Altruism is a pebble in a lake. The subsequent ripple created can put a little more, or a lot more, good into the world. "What the heck does this have to do with trail riding?" you might wonder. (I’ll get there I promise!)

I know Hannah Anderson’s abduction and her subsequent rescue is old news, but there is one part of the story that I feel must be told. It’s the story before the story.

I wonder what would have happened if the only access into the Frank Church River of No Return Wilderness, “The Frank,” had only allowed people on foot. I’m not talking about the designation of the trail. I’m talking about its physical condition. With the U.S. Forest Service’s budget routinely stretched thin, keeping up with 2.36 million acres of roadless wilderness for recreational use is, sadly, not a top priority.

I didn’t realize, until I became involved in Back Country Horsemen of America, how quickly access can be blocked. In a single storm, or a bad winter, a trail that was traveled via horse, becomes impeded by fallen trees, boulders and landslides. It’s so easy to take a trail for granted when it is open and clean, every time it’s traveled on.

How long would it have taken to find Hannah if those horsemen (and women) had not been able to recreate in The Frank in the first place? It’s amazing, the men and women of Back Country Horsemen of Idaho (BCHI) and other trail clearing organizations didn't know it, but in clearing trails in The Frank, they were preparing four riders to tip the first domino that saved that girl.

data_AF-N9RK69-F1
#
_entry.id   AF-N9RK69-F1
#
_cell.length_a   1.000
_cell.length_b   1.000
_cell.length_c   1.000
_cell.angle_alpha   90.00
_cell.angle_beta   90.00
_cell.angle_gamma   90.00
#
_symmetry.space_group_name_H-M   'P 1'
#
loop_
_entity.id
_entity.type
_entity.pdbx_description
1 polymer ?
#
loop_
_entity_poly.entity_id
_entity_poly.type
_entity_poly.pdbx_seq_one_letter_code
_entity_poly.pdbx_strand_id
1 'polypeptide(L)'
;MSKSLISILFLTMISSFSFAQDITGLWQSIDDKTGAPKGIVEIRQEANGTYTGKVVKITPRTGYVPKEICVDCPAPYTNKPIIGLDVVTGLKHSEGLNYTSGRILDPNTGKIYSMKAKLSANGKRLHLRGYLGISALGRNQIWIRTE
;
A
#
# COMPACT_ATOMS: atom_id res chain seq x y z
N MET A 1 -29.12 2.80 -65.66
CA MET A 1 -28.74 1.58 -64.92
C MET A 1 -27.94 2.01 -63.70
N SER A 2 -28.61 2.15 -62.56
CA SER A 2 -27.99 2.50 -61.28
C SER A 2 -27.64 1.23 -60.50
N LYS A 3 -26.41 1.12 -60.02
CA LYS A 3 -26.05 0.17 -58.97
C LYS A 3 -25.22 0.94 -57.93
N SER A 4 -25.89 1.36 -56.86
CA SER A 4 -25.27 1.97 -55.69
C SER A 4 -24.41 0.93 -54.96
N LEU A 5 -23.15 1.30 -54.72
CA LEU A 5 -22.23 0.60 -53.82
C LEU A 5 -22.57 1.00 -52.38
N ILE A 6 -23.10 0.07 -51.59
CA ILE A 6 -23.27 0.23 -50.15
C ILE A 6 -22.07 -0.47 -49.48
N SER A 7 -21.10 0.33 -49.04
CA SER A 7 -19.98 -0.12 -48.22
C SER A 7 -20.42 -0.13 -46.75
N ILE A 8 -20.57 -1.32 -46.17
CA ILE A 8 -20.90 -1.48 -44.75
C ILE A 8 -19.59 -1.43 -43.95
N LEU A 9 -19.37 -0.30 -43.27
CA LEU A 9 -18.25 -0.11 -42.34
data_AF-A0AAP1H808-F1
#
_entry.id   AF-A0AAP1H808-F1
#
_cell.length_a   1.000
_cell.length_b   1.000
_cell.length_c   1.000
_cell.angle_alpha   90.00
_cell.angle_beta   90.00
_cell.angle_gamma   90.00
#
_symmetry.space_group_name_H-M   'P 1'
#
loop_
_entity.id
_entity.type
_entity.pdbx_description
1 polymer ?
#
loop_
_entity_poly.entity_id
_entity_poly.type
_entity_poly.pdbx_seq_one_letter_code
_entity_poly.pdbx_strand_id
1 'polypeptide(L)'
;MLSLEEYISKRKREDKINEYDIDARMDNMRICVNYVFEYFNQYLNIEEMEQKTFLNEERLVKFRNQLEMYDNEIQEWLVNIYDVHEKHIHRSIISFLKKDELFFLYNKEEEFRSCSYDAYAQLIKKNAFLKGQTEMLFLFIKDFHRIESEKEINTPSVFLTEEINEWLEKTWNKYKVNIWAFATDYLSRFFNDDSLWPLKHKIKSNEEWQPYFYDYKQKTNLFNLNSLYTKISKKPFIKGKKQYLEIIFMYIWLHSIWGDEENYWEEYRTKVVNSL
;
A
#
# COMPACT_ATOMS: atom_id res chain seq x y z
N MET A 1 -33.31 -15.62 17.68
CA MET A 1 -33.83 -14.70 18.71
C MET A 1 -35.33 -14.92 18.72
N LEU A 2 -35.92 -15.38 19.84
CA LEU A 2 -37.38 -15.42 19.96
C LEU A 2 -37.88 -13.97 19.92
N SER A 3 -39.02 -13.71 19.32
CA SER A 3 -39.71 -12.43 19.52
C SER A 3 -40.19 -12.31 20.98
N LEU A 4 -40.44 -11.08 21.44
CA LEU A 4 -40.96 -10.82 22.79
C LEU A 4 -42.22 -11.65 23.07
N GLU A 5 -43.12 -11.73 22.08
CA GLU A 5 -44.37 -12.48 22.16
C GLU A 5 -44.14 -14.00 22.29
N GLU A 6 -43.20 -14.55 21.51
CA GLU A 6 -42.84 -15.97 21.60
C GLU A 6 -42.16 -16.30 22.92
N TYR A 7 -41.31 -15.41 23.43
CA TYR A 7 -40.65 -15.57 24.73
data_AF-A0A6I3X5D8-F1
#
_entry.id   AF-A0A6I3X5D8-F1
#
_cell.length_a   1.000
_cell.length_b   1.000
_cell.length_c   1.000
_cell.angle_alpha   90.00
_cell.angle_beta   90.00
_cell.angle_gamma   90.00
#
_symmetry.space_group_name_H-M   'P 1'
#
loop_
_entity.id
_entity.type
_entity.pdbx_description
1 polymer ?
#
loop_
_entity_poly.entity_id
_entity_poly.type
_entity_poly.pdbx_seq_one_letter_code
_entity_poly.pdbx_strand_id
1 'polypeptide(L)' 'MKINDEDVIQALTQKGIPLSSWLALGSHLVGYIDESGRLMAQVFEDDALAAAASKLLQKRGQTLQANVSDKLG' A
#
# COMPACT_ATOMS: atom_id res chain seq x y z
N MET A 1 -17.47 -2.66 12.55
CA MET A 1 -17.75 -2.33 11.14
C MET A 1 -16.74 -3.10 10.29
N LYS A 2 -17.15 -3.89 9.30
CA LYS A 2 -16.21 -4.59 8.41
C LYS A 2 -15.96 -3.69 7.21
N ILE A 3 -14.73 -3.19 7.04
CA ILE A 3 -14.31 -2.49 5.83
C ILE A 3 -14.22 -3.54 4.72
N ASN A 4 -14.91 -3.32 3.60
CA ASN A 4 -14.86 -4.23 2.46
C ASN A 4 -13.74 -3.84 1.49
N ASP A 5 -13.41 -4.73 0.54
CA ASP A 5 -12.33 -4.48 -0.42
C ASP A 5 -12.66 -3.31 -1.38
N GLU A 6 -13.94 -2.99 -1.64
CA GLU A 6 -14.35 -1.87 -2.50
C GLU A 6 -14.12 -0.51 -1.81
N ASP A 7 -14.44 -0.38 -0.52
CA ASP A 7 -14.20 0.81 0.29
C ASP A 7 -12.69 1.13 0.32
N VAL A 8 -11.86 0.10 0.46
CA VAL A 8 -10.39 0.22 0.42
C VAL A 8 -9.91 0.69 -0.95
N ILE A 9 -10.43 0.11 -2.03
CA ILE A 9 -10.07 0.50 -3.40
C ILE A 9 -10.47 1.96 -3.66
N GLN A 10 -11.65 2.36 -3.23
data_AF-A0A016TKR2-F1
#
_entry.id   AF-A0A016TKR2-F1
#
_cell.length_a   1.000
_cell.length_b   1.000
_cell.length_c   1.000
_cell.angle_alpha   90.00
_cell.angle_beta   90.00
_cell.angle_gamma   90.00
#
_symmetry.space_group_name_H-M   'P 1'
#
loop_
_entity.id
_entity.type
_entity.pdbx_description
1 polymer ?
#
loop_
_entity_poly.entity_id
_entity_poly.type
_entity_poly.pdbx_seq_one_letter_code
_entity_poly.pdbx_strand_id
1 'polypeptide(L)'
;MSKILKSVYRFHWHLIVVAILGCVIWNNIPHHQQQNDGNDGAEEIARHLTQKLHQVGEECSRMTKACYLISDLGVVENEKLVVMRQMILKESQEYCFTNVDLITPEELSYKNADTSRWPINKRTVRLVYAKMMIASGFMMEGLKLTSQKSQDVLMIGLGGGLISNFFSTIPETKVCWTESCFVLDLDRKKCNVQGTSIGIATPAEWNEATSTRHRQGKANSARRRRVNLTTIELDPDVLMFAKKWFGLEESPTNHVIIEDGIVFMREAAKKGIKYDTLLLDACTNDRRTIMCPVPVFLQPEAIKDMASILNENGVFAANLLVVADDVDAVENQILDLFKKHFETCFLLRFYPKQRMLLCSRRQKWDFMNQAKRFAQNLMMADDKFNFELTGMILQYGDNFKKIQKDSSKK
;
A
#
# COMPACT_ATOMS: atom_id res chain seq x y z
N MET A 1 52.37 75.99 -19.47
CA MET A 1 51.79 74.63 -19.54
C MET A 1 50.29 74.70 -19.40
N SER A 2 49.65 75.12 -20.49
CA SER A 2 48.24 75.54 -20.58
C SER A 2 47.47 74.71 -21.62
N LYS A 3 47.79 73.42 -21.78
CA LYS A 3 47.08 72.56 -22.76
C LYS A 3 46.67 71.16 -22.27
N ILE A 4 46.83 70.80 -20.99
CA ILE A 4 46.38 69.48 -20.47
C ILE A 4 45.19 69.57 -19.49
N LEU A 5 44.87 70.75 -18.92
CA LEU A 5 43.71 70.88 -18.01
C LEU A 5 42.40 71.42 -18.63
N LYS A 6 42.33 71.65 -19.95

Last year alone, BCHI logged in 12,409 volunteer hours, clearing 1930 miles of trails. Clearing trails in a wilderness setting is no picnic. (Although it almost always involves some Dutch oven refueling). When a land is designated as Wilderness, it is set aside from all mechanized modern conveniences. No chainsaws, no four-wheeler, no generators, just bucksaws, handsaws, hedge clippers, and a few mules to take it all in there. Along with a ton of elbow grease and expert knowledge so the log getting cut doesn't do anything unpredictable after it’s loose. It is a labor of love. In this instance, it was the pebble in the lake.

This bit of altruism, these people who put in hard work for people they might never see, sent a ripple across the pond that allowed four riders to notice and report the whereabouts of an alleged abductor and his abductee. Isn’t it just awe inspiring that a good deed, done so people could enjoy the land set aside for just that, would sit left done until it could be of the most use?